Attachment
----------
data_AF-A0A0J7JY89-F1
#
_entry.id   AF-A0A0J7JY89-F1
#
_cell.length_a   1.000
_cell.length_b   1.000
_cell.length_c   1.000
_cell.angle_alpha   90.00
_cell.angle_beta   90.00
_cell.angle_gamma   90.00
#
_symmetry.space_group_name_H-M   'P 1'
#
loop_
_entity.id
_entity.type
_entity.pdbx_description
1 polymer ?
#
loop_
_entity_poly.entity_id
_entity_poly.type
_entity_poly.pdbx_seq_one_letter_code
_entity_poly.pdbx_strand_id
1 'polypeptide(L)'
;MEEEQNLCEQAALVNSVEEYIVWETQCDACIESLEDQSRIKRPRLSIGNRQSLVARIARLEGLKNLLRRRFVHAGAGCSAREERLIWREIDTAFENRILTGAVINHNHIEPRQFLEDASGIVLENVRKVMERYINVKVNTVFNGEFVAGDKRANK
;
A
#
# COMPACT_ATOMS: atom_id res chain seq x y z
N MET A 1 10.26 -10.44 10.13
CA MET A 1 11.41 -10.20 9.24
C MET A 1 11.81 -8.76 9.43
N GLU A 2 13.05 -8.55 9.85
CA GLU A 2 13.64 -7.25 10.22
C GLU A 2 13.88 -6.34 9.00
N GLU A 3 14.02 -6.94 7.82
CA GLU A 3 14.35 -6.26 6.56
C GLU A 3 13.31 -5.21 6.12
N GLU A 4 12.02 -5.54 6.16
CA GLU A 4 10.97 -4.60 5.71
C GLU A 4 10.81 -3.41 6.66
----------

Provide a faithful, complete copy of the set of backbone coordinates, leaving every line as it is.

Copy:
data_AF-A0A0J7JY89-F1
#
_entry.id   AF-A0A0J7JY89-F1
#
_cell.length_a   1.000
_cell.length_b   1.000
_cell.length_c   1.000
_cell.angle_alpha   90.00
_cell.angle_beta   90.00
_cell.angle_gamma   90.00
#
_symmetry.space_group_name_H-M   'P 1'
#
loop_
_entity.id
_entity.type
_entity.pdbx_description
1 polymer ?
#
loop_
_entity_poly.entity_id
_entity_poly.type
_entity_poly.pdbx_seq_one_letter_code
_entity_poly.pdbx_strand_id
1 'polypeptide(L)'
;MEEEQNLCEQAALVNSVEEYIVWETQCDACIESLEDQSRIKRPRLSIGNRQSLVARIARLEGLKNLLRRRFVHAGAGCSAREERLIWREIDTAFENRILTGAVINHNHIEPRQFLEDASGIVLENVRKVMERYINVKVNTVFNGEFVAGDKRANK
;
A
#
# COMPACT_ATOMS: atom_id res chain seq x y z
N MET A 1 10.26 -10.44 10.13
CA MET A 1 11.41 -10.20 9.24
C MET A 1 11.81 -8.76 9.43
N GLU A 2 13.05 -8.55 9.85
CA GLU A 2 13.64 -7.25 10.22
C GLU A 2 13.88 -6.34 9.00
N GLU A 3 14.02 -6.94 7.82
CA GLU A 3 14.35 -6.26 6.56
C GLU A 3 13.31 -5.21 6.12
N GLU A 4 12.02 -5.54 6.16
CA GLU A 4 10.97 -4.60 5.71
C GLU A 4 10.81 -3.41 6.66